In the past, we had this same kind of silent redirecting behaviour for differences in case too. But even for those, it was occasionally annoying and it would be useful at times to have a way to get to the intended casing. If this is changed so that silent redirects are shown more explicitly like real redirects are, then it would be much appreciated. It probably shouldn't display exactly the same thing though; instead of "redirected from" the text should say something else so that it's clear that the redirect was performed automatically by the software, not by an actual redirect page. —CodeCat 20:22, 8 April 2014 (UTC)
Certainly. Do you think the link should be to the non-existent page or to a search for the page? I'm leaning towards a search for the page because that is what you were trying to do when you got there anyway. Also, it has the advantage of dropping you on the page with the helpful page creation buttons in this wiki.NEverett (WMF) (talk) 20:34, 8 April 2014 (UTC)

@NEverett (WMF) Please don't disable near-match searches as per my first post. We should be able to do both - find the exact match and the near match. The near match should be improved to include searches with/without accent marks (Cyrillic, Arabic, Hebrew, Hindi). As I said, e.g. there is a Russian translation of "etymologist" - "этимолог" but it's written with the stress mark, as it should be in dictionaries and encyclopedias: "этимо́лог". People searching for "этимолог" (without accent) won't find it. --Anatoli (обсудить/вклад) 00:36, 9 April 2014 (UTC)

As for the original request, as I also said, it's not a big issue, (I do it all the time), if you reread my first post. When you type "looma", don't click on "lööma", which appears first but linger a bit and select "containing... looma" below, you get the page Search results for "looma" - Wiktionary and looma appears in red, ready to be clicked on. --Anatoli (обсудить/вклад) 00:44, 9 April 2014 (UTC)
@Atitarev OK. A few days brainstorming the right solution won't hurt, I think/hope. NEverett (WMF) (talk) 14:55, 9 April 2014 (UTC)

No support for lang code cejm?[edit]

I was in the process of adding JA term チャリンコ (charinko, bicycle), when I discovered that we don't support lang code cejm for the w:Jeju language. A number of Japanese terms could make use of this lang code in calls to {{etyl}}. How hard would it be to add this? Would anyone object to adding this? Or would the proposed ISO 639-3 code jjm be preferable? (That one's also not currently supported.) ‑‑ Eiríkr Útlendi │ Tala við mig 00:27, 3 April 2014 (UTC)

Etyl: languages don’t need to have a code. You can add it as "Jeju" if you prefer. — Ungoliant (falai) 00:36, 3 April 2014 (UTC)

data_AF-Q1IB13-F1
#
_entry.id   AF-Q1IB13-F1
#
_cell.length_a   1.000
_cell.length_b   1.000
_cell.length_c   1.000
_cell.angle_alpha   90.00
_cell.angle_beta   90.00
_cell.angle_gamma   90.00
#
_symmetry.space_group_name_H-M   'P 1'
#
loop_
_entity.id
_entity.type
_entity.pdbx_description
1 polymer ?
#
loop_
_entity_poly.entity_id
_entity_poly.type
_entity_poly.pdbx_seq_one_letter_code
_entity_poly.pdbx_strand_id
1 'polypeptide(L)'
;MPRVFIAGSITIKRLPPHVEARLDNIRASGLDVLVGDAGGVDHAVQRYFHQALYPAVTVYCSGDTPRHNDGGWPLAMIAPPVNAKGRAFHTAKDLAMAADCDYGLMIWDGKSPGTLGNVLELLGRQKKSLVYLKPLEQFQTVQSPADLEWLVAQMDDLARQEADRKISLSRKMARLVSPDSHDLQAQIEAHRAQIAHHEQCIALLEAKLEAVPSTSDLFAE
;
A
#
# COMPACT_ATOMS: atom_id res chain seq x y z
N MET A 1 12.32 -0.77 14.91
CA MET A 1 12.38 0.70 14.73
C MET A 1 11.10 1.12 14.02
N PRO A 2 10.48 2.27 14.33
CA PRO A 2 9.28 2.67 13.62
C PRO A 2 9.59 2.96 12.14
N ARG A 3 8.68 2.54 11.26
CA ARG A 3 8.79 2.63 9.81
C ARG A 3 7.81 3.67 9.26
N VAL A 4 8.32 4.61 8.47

To expand on Ungoliant's comment: if there won't be Jeju entries (with ==Jeju== L2s), and it'll only be cited in etymologies, then it can be added to the last section ("Other lects") of Module:etymology language/data under any unambiguous (unique) code. You could use "Jeju" as its code, but given that an ISO 639-3 code has been proposed and we are wont to switch from exceptional codes to ISO 639-3 codes whenever the latter are or become available, it might save some work in the long run to just code it as "jjm" now. - -sche (discuss) 03:29, 3 April 2014 (UTC)
  • Japanese term チャリンコ (charinko, bicycle) appears to derive from Jeju 자륜거 (jaryun-geo). This is definitely not a standard Korean term, from what I've been able to find. Korean for bicycle is 자전거 (jajeongeo, “jajeon-geo”), deriving from the same Sinitic term 自轉車 as the Japanese simplified 自転車 (though it might originally be a Meiji-era Japanese coinage from Western contact, c.f. these two links in Japanese, haven't verified though). The Jeju 자륜거 (jaryun-geo) derives instead from 自輪車 (different middle character -- (wheel) instead of (revolve)).
My current understanding is that I should enter {{term|lang=jjm|자륜거|tr=jaryun-geo}}. However, although the jjm lang code now works with {{etyl}}, it doesn't for {{term}}.
Is it kosher to use the ko lang code instead? That doesn't seem quite right, but at least it won't generate any Module Error warnings. Or should I just not link this term at all? That doesn't seem quite right either, given the stated WT mission of all words in all languages. We probably won't have much Jeju content over the short term, but it's conceivable, and ultimately I think desirable, that we could build up a Jeju terms corpus here. ‑‑ Eiríkr Útlendi │ Tala við mig 17:38, 3 April 2014 (UTC)